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New Evidence Shows Babies’ Emotional Development Is Linked To Their Gut Bacteria

A recent study by the scientists of the University of Turku, Finland has revealed interesting associations between an infant's gut microbes at the age of 10 weeks, and the manifestation of certain temperament traits at the age of six months.

Gut microbiome composition has been associated with various diseases, like Parkinson's, depression, and autism spectrum disorders, but limited research has been conducted on infants. The recent study by scientists in the FinnBrain research project revealed that the composition of gut microbiota and its remodelling has a connection with the human behavioural pattern.

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The research, however, does not suggest causation; instead, it adds to a robust growing body of evidence connecting gut bacteria with behaviour and mood.

While this new study was on infants, earlier, in 2015, a similar study was conducted to examine this relationship in toddlers (age 18 to 27 months). The hypothesis being – since the early months in a young life forms the elementary to neurodevelopment, and our gut bacteria is intrinsically linked with the brain. So, our microbiome composition could play a crucial role in the development of essential behavioural qualities.

The study was conducted on 303 infants. A stool sample was collected and analyzed first at the age of 2.5 months, and then again at around six months of age, the mothers were asked to complete a behaviour questionnaire to evaluate the child's temperament.

"It was interesting that, for example, the Bifidobacterium genus, including several lactic acid bacteria was associated with higher positive emotions in infants. Positive emotionality is the tendency to experience and express happiness and delight, and it can also be a sign of an extrovert personality later in life," says Doctor Anna Aatsinki, one of the lead authors of the research.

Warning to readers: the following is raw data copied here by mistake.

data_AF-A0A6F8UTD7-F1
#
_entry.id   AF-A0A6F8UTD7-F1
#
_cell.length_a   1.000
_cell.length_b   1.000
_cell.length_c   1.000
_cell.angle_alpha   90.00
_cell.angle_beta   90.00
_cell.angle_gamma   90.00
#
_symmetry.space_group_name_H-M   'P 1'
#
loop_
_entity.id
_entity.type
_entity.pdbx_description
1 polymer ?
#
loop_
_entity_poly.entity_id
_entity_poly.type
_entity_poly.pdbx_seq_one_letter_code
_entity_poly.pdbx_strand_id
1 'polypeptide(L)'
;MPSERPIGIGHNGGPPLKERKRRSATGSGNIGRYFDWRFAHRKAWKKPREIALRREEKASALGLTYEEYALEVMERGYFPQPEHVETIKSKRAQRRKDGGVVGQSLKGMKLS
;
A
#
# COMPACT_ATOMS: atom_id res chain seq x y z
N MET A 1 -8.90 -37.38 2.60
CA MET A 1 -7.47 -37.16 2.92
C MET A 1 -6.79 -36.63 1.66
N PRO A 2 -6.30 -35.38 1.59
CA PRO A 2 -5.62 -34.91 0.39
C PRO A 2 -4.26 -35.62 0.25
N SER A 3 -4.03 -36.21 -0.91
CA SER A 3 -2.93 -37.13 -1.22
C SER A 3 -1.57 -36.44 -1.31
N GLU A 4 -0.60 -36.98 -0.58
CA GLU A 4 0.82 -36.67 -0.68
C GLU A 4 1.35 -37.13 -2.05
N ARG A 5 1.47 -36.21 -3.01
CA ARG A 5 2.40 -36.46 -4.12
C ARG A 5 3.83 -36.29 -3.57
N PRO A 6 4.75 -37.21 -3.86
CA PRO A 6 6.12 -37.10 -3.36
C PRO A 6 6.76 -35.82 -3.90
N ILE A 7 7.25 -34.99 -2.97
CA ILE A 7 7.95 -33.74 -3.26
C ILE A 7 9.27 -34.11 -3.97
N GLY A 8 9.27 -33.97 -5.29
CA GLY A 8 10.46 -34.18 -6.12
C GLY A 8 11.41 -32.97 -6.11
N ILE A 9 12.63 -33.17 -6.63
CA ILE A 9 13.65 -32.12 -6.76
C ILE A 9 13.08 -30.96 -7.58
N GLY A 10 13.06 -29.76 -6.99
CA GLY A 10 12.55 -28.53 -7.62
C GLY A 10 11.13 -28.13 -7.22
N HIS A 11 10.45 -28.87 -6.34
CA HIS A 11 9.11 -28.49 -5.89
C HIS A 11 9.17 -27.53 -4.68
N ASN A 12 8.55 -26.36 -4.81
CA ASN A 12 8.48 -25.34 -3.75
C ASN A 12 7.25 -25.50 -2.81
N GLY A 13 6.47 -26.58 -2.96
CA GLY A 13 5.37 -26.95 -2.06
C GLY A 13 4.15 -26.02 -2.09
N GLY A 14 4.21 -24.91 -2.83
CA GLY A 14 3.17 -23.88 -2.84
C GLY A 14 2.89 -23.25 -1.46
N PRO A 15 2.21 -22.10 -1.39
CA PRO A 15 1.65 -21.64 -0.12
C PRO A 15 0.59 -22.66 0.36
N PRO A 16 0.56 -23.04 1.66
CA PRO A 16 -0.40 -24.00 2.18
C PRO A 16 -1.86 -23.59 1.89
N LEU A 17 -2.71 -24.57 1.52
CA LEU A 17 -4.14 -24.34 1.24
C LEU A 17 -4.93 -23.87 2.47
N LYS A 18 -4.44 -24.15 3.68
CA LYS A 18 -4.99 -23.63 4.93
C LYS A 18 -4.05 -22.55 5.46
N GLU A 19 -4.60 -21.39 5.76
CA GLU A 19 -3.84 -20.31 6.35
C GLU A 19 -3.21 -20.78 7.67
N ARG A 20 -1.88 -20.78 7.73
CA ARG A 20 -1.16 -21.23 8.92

The most common finding was that greater diversity in microbial equated with lesser fear reactivity and negative emotionality. These findings are fascinating because fear and negative emotions are a significant cause of depression and anxiety in the later phase of life.

However, these types of correlational studies are merely the first step, leading the way to future research, which is more equipped to investigate the underlying mechanisms behind these associations further. The causal connection between gut bacteria and temperamental traits is yet to be drawn.

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As per Aatsinki, "Although we discovered connections between diversity and temperament traits, it is not certain whether early microbial diversity affects disease risk later in life. It is also unclear what are the exact mechanisms behind the association.”

She adds, "This is why we need follow-up studies as well as a closer examination of metabolites produced by the microbes."

Connections between the gut microbiome and the brain is undoubtedly an intriguing bi-directional relationship. But, in no way, it can be concluded that taking a probiotic supplement can result in positive mental health.

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